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Gen Y Money Victoria woman, 38, is depending on her defined benefit pension plan

Name: Nikki Dykema

Age: 38

Annual income: $60,000

Savings: $1,500 in TFSA, $600 in savings account; $25,000 in defined benefit pension plan

Debt: $10,000 in credit card debt

What she does: Communications role in public sector

Where she lives: Victoria, B.C.

Nikki Dykema is a worrier, which isn’t surprising given she didn’t land a job in her field until the year of the big financial crash. She’s keenly aware that her unionized job in the public sector, which comes with a good salary and defined benefit pension plan, is a rarity and she wants to hold onto it at all costs. “I am lucky,” she says. “My whole financial plan is built around staying in this job.”

She’s also seen what happens to acquaintances and friends who have lost their jobs – or who live barely above the poverty line. “They go paycheque to paycheque,” says Ms. Dykema. “They’re just covering their expenses. Where are they going to be in 20 years?”

Ms. Dykema paid off her student loans in seven years and has been free of that debt since December, 2014. “My national student loan was $48,000 and my B.C. student loan was $10,000,” she says. “I’ve got my debt under control.”

She is now busily paying off $10,000 in credit card debt to the tune of $500 a month.

She lives frugally, choosing to rent an apartment rather than buying into Victoria’s hot housing market. “I have no plans for buying a condo,” says Ms. Dykema. “I could either save for retirement or I could save for a home. I have no house, no kid. And I’m good.”

Ms. Dykema is also a big proponent of protecting against illness, and spends $58 a month on critical illness insurance. She wants to ensure she can pay the bills even if she gets sick. Her brother recently had a serious car accident that has left him unable to work. With her mother on the cusp of retirement, Ms. Dykema is hyper-aware she’ll be the one her family will turn to for help. And it concerns her.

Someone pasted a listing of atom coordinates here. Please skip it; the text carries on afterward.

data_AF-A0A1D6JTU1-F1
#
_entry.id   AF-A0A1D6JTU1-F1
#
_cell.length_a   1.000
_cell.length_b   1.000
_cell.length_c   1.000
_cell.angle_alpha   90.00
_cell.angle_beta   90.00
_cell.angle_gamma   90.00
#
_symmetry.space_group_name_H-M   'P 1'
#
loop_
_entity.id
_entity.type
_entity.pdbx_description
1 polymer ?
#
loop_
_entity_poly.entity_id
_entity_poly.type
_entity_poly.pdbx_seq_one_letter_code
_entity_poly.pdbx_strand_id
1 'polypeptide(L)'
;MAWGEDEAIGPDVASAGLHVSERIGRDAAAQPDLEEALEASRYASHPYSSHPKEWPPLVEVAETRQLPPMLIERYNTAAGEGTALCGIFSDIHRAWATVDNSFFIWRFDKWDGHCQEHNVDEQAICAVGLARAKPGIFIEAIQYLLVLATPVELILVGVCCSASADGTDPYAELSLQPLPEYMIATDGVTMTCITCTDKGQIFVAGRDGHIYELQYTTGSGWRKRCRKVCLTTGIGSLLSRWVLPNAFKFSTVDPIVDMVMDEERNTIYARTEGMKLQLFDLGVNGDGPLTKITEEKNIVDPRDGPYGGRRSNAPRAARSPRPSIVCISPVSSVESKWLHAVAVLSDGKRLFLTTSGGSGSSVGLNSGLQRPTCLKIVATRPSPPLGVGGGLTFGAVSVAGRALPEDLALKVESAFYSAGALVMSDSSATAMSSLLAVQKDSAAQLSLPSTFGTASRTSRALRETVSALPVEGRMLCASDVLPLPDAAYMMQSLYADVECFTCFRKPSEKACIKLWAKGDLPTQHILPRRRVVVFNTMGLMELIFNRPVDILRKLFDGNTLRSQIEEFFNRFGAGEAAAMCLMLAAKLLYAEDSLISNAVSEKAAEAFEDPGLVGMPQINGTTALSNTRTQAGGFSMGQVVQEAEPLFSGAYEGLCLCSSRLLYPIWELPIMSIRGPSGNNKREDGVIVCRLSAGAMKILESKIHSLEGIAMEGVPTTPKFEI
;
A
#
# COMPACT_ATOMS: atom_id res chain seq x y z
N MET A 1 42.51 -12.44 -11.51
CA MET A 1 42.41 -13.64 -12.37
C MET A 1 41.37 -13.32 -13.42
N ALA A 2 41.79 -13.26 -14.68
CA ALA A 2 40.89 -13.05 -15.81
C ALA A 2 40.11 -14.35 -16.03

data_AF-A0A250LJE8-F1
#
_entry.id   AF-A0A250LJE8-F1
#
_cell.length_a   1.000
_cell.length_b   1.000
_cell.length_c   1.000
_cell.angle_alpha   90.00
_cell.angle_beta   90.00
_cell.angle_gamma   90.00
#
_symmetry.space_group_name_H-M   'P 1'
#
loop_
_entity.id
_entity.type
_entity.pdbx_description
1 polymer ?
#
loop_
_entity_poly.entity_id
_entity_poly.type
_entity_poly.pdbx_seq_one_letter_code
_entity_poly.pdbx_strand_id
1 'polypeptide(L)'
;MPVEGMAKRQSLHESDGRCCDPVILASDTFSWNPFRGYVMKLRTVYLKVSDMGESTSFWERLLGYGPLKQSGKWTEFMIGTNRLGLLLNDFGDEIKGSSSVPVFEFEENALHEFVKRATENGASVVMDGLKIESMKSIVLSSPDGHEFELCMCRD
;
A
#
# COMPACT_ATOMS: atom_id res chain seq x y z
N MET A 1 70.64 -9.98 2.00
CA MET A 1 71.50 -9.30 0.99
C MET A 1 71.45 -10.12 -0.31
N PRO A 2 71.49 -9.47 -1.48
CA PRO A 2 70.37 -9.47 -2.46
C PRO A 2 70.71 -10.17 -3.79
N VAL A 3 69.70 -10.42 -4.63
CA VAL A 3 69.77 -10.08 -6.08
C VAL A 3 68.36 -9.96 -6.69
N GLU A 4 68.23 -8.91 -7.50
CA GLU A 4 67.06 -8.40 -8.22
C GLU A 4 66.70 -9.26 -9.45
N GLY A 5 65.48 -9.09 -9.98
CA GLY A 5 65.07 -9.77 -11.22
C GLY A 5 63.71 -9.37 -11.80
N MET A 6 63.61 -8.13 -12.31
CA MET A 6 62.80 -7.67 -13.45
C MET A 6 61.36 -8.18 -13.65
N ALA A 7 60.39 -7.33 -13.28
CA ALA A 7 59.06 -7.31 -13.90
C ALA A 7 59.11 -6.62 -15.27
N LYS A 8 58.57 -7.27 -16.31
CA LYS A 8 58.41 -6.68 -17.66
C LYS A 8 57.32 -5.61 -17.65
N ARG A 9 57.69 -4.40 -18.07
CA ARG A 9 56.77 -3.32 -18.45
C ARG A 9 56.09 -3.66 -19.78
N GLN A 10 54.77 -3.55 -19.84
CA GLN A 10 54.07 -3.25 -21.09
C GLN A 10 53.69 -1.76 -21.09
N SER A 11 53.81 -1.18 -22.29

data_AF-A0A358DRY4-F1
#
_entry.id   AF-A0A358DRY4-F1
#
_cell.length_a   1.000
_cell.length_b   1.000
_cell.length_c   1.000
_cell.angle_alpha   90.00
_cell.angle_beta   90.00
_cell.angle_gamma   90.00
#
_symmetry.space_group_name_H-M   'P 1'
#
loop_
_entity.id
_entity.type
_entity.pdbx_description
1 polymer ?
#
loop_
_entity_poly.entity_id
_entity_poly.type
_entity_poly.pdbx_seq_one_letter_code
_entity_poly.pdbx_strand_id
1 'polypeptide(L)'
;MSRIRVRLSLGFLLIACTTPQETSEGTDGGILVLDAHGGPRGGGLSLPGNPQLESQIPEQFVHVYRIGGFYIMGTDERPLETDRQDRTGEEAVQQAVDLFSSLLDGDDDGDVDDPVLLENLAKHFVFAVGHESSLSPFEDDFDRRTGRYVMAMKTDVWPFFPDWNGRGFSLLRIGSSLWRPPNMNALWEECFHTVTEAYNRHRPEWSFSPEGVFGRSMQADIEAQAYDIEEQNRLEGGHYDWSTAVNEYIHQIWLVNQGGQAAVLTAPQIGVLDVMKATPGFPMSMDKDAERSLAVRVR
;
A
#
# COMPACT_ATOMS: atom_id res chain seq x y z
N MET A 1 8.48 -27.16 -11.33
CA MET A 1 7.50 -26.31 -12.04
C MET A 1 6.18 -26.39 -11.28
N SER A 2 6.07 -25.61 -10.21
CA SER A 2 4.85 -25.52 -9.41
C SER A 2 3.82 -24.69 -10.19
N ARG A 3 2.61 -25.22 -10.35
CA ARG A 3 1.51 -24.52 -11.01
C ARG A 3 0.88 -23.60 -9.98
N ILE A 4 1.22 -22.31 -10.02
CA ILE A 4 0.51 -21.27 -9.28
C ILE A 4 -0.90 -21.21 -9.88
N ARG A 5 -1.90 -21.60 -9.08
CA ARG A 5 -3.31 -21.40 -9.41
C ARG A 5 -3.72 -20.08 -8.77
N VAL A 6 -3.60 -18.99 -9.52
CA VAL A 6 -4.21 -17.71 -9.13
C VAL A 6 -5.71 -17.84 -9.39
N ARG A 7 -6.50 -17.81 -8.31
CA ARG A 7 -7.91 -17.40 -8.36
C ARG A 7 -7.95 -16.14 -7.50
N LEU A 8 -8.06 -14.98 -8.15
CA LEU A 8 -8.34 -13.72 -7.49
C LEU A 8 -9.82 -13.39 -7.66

“Mom is thinking about retiring. What happens if she has a major illness and she lives with a major illness for a long time? As time goes on, I will be responsible for her.”

With her student debt behind her and her savings growing, Ms. Dykema is somewhat reassured she’ll be financially stable. Having retirement savings makes her feel safer, so she put $5,000 into her pension last year and, on the advice of her BMO financial adviser, funnels $200 a month into a TFSA. “My TFSA is geared toward building up my retirement,” she says. “I don’t want to be a cat food senior.”

Top financial concern: “Cradle-to-grave jobs are disappearing. My number one fear is losing this particular job.”

Her typical monthly expenses:

$850 on rent. “This apartment is forever. Victoria right now has a vacancy rate of zero per cent.”

$30-35 on tenant insurance.

$58 on critical illness insurance.

$227 for utilities (includes Internet, cable, landline)

$500 on groceries and personal items. “My girlfriend and I split a Costco membership. I’m really cutting back on meat and my slow cooker gets a lot of use.”

$80 on eating out. “I eat out once a week – often I get a coffee and a cookie. There’s also a ramen place [in downtown Victoria] where it’s $13 for a giant bowl of food.”

$150 on courses per year. “It’s an anthropology course at UVIC (the University of Victoria) that’s six weeks long. It’s something I’ve always wanted to try. I love shows like Bones and CSI.”

$12 on coffee. “I buy instant coffee – I am not that much of a snob. I love Americanos and sometimes if I’m in a bad mood I’ll go get one.”

$100 on cell phone bills.

$10-15 for bus tickets.

$0 on a gym membership. “Going for a walk in Beacon Hill Park – you can’t really beat that.”

$40 on alcohol. “I’m definitely trying to cut that down. I bought a SodaStream so you can make your own drinks at home.”

$50-70 on gas. “I drive a beater. I bought a 2002 PT Cruiser off a tow truck driver last year for $2,500. I drive 60 km north a couple of times a month. I can walk to Victoria (downtown).”

$80 for parking.

$95 a month on car insurance.

$50 on medical bills. “[My benefits plan] is not 100 per cent coverage.”

$100 on clothing, accessories. “I buy off season. I do a big shop twice a year that totals $1,200 a year. I have to have blazers and slacks for work. You can only go so far in a women’s consignment store.”

$0 on holidays/trips. “My last vacation was in Mexico in 2011. I went to South Africa six years ago – I saved and I saved. I would love to go back but have no idea when it will ever happen again. I just can’t justify it.”


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